Kent State University will require an individual with a disability to remove a service animal from the premises if the animal is out of control and the animal's handler does not take effective action to control it or the animal is not housebroken. However, if Kent State University excludes a service animal for these reasons, it will allow the individual with a disability the opportunity to participate in the service, program, or activity without having the service animal on the premises.
- (d) Animal under handler's control. A service animal shall be under the control of its handler. A service animal shall have a harness, leash, or other tether, unless either the handler is unable because of a disability to use a harness, leash, or other tether, or the use of a harness, leash, or other tether would interfere with the service animal's safe, effective performance of work or tasks, in which case the service animal must be otherwise under the handler's control (e.g., voice control, signals, or other effective means).
- (e) Care or supervision. A public entity is not responsible for the care or supervision of a service animal.
- (f) Inquiries. A public entity shall not ask about the nature or extent of a person's disability but may make two inquiries to determine whether an animal qualifies as a service animal. A public entity may ask if the animal is required because of a disability and what work or task the animal has been trained to perform. A public entity shall not require documentation, such as proof that the animal has been certified, trained,or licensed as a service animal. Generally, a public entity may not make these inquiries about a service animal when it is readily apparent that an animal is trained to do work or perform tasks for an individual with a disability (e.g., the dog is observed guiding an individual who is blind or has low vision, pulling a person's wheelchair, or providing assistance with stability or balance to an individual with an observable mobility disability).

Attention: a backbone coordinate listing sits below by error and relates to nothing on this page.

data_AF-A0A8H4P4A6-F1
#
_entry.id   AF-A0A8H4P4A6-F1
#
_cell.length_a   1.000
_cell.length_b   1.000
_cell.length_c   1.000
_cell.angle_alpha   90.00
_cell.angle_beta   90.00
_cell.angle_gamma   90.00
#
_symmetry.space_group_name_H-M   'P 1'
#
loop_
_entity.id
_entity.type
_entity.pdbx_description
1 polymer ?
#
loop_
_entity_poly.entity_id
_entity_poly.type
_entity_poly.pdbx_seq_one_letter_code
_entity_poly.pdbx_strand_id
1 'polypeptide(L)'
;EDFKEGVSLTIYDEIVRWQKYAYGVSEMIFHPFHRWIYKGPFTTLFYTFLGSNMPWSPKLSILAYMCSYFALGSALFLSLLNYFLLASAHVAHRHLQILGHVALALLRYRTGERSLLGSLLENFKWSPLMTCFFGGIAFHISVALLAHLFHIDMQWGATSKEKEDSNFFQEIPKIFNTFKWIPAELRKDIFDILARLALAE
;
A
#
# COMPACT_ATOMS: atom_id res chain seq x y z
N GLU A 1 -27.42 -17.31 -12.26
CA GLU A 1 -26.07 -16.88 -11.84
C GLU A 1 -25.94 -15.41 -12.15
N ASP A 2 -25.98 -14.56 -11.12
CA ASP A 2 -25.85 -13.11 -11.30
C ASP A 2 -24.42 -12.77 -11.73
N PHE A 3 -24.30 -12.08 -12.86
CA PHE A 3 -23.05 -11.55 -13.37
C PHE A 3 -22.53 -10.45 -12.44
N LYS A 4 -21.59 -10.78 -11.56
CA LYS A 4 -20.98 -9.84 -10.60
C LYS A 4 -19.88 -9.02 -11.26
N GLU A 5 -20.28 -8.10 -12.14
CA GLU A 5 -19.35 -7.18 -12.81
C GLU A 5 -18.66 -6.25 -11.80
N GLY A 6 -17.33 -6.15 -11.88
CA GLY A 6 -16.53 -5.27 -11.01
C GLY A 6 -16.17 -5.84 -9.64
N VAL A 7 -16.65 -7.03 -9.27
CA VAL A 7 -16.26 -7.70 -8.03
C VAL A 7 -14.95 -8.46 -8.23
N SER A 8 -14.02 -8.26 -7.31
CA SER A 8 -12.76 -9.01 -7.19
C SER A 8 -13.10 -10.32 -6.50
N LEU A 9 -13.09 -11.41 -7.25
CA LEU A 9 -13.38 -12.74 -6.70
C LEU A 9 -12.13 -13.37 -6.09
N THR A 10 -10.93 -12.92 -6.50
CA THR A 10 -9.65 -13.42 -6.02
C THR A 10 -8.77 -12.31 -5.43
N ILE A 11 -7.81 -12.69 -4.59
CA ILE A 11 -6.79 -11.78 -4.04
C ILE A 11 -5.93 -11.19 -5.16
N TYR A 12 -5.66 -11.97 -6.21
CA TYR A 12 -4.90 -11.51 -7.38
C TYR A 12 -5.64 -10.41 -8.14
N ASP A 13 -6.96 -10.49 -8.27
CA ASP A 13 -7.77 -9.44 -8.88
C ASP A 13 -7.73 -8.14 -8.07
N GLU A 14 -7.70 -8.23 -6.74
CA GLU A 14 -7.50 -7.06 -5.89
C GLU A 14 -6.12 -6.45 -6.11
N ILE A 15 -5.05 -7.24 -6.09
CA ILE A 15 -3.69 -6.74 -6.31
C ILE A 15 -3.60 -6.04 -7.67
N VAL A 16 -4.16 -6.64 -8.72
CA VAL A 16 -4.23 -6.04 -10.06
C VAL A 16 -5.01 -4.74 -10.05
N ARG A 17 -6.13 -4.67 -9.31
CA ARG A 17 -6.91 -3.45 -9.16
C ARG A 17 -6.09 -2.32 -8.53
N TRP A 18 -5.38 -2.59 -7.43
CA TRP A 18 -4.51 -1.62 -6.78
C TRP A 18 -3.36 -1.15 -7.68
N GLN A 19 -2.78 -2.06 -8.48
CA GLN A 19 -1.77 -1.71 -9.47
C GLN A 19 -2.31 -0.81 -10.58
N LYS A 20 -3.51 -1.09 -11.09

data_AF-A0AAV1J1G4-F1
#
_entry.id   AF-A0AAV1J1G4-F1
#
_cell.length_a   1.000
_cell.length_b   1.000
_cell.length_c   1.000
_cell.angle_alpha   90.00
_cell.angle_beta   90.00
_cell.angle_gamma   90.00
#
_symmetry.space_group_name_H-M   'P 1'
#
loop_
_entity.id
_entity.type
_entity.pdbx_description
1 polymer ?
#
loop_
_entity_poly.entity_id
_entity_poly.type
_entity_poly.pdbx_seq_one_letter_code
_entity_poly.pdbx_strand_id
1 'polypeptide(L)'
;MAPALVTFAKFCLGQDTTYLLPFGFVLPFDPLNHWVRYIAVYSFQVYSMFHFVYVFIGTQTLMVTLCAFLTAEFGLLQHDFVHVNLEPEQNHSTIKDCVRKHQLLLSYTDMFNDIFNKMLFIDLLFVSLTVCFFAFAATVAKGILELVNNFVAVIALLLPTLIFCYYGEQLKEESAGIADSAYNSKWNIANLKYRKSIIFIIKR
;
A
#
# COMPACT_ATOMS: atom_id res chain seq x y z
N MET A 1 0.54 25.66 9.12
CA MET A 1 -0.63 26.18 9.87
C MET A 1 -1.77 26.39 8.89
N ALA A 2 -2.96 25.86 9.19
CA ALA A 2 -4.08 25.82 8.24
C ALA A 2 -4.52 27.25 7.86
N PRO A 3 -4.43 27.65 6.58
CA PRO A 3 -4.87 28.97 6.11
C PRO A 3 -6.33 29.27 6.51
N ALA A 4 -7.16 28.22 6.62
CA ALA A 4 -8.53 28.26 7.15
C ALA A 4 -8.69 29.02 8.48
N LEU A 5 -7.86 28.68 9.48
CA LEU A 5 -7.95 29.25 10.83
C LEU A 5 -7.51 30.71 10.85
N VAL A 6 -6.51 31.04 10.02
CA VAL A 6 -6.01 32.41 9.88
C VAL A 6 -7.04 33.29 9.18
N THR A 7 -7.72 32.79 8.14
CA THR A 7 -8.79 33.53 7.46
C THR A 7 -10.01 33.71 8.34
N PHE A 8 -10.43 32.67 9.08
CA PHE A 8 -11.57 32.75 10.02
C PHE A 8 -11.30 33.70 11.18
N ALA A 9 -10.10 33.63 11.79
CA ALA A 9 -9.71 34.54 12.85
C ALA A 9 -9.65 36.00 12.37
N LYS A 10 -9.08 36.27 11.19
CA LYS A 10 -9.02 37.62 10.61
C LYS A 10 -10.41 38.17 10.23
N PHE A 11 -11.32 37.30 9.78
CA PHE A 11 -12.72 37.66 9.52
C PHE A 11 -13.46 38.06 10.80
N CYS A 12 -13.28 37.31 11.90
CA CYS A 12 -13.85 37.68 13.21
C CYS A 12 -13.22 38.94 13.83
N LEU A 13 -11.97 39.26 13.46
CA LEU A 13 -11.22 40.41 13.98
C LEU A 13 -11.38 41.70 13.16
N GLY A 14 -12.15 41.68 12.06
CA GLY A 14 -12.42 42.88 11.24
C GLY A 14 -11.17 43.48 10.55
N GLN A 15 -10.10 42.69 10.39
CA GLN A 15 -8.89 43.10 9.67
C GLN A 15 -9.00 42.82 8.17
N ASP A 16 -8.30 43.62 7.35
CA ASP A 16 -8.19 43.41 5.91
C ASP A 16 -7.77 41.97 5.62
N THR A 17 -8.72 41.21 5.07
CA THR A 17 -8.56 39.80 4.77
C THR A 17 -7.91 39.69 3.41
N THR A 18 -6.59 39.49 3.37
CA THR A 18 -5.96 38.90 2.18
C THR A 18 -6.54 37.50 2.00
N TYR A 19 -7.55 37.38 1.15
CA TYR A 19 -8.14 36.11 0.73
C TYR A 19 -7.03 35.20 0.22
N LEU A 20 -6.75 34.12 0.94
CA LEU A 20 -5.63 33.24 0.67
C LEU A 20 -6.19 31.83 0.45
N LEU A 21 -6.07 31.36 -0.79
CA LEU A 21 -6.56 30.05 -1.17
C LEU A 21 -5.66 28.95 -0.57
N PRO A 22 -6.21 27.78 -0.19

- (g) Access to areas of a public entity. Individuals with disabilities shall be permitted to be accompanied by their service animals in all areas of a public entity's facilities where members of the public, participants in services, programs or activities, or invitees, as relevant, are allowed to go.